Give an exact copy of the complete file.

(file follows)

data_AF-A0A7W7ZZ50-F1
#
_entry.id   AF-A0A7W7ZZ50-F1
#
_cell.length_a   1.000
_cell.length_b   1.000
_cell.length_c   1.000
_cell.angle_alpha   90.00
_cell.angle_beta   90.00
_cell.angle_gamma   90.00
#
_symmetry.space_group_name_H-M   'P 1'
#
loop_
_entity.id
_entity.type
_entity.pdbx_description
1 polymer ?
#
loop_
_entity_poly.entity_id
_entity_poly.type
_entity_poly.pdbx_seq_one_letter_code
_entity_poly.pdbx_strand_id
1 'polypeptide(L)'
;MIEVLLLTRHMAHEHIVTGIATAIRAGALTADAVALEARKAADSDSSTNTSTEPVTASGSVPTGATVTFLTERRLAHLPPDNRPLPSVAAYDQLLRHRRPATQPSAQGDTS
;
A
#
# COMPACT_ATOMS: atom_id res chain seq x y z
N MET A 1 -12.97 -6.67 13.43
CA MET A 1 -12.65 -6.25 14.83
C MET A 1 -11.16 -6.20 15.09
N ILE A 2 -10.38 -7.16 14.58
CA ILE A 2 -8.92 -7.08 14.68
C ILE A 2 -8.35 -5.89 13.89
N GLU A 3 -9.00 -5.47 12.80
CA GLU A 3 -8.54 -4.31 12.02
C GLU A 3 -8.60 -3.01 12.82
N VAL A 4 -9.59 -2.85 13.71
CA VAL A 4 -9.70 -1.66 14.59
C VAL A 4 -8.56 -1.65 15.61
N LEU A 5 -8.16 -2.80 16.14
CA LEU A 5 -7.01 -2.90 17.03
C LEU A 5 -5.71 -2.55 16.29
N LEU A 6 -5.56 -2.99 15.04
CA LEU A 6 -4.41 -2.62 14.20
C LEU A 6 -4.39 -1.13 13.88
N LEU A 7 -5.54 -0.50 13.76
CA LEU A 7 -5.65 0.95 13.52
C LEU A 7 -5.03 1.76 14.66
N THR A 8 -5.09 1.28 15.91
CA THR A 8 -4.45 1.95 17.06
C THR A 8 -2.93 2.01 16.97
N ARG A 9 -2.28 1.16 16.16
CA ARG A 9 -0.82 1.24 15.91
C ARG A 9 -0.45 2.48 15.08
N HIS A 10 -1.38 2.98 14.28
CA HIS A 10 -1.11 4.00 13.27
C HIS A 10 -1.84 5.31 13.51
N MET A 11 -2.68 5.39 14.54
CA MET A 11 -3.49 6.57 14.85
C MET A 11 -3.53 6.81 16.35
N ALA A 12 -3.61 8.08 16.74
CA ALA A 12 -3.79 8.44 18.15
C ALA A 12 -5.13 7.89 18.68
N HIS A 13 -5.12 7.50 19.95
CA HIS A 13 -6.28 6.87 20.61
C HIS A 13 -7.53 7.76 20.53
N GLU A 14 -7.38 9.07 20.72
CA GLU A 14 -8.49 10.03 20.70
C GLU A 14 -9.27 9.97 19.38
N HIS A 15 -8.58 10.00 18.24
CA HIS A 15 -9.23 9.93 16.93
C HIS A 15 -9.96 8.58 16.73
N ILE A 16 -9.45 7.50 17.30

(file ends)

data_AF-A0A7W7ZZ50-F1
#
_entry.id   AF-A0A7W7ZZ50-F1
#
_cell.length_a   1.000
_cell.length_b   1.000
_cell.length_c   1.000
_cell.angle_alpha   90.00
_cell.angle_beta   90.00
_cell.angle_gamma   90.00
#
_symmetry.space_group_name_H-M   'P 1'
#
loop_
_entity.id
_entity.type
_entity.pdbx_description
1 polymer ?
#
loop_
_entity_poly.entity_id
_entity_poly.type
_entity_poly.pdbx_seq_one_letter_code
_entity_poly.pdbx_strand_id
1 'polypeptide(L)'
;MIEVLLLTRHMAHEHIVTGIATAIRAGALTADAVALEARKAADSDSSTNTSTEPVTASGSVPTGATVTFLTERRLAHLPPDNRPLPSVAAYDQLLRHRRPATQPSAQGDTS
;
A
#
# COMPACT_ATOMS: atom_id res chain seq x y z
N MET A 1 -12.97 -6.67 13.43
CA MET A 1 -12.65 -6.25 14.83
C MET A 1 -11.16 -6.20 15.09
N ILE A 2 -10.38 -7.16 14.58
CA ILE A 2 -8.92 -7.08 14.68
C ILE A 2 -8.35 -5.89 13.89
N GLU A 3 -9.00 -5.47 12.80
CA GLU A 3 -8.54 -4.31 12.02
C GLU A 3 -8.60 -3.01 12.82
N VAL A 4 -9.59 -2.85 13.71
CA VAL A 4 -9.70 -1.66 14.59
C VAL A 4 -8.56 -1.65 15.61
N LEU A 5 -8.16 -2.80 16.14
CA LEU A 5 -7.01 -2.90 17.03
C LEU A 5 -5.71 -2.55 16.29
N LEU A 6 -5.56 -2.99 15.04
CA LEU A 6 -4.41 -2.62 14.20
C LEU A 6 -4.39 -1.13 13.88
N LEU A 7 -5.54 -0.50 13.76
CA LEU A 7 -5.65 0.95 13.52
C LEU A 7 -5.03 1.76 14.66
N THR A 8 -5.09 1.28 15.91
CA THR A 8 -4.45 1.95 17.06
C THR A 8 -2.93 2.01 16.97
N ARG A 9 -2.28 1.16 16.16
CA ARG A 9 -0.82 1.24 15.91
C ARG A 9 -0.45 2.48 15.08
N HIS A 10 -1.38 2.98 14.28
CA HIS A 10 -1.11 4.00 13.27
C HIS A 10 -1.84 5.31 13.51
N MET A 11 -2.68 5.39 14.54
CA MET A 11 -3.49 6.57 14.85
C MET A 11 -3.53 6.81 16.35
N ALA A 12 -3.61 8.08 16.74
CA ALA A 12 -3.79 8.44 18.15
C ALA A 12 -5.13 7.89 18.68
N HIS A 13 -5.12 7.50 19.95
CA HIS A 13 -6.28 6.87 20.61
C HIS A 13 -7.53 7.76 20.53
N GLU A 14 -7.38 9.07 20.72
CA GLU A 14 -8.49 10.03 20.70
C GLU A 14 -9.27 9.97 19.38
N HIS A 15 -8.58 10.00 18.24
CA HIS A 15 -9.23 9.93 16.93
C HIS A 15 -9.96 8.58 16.73
N ILE A 16 -9.45 7.50 17.30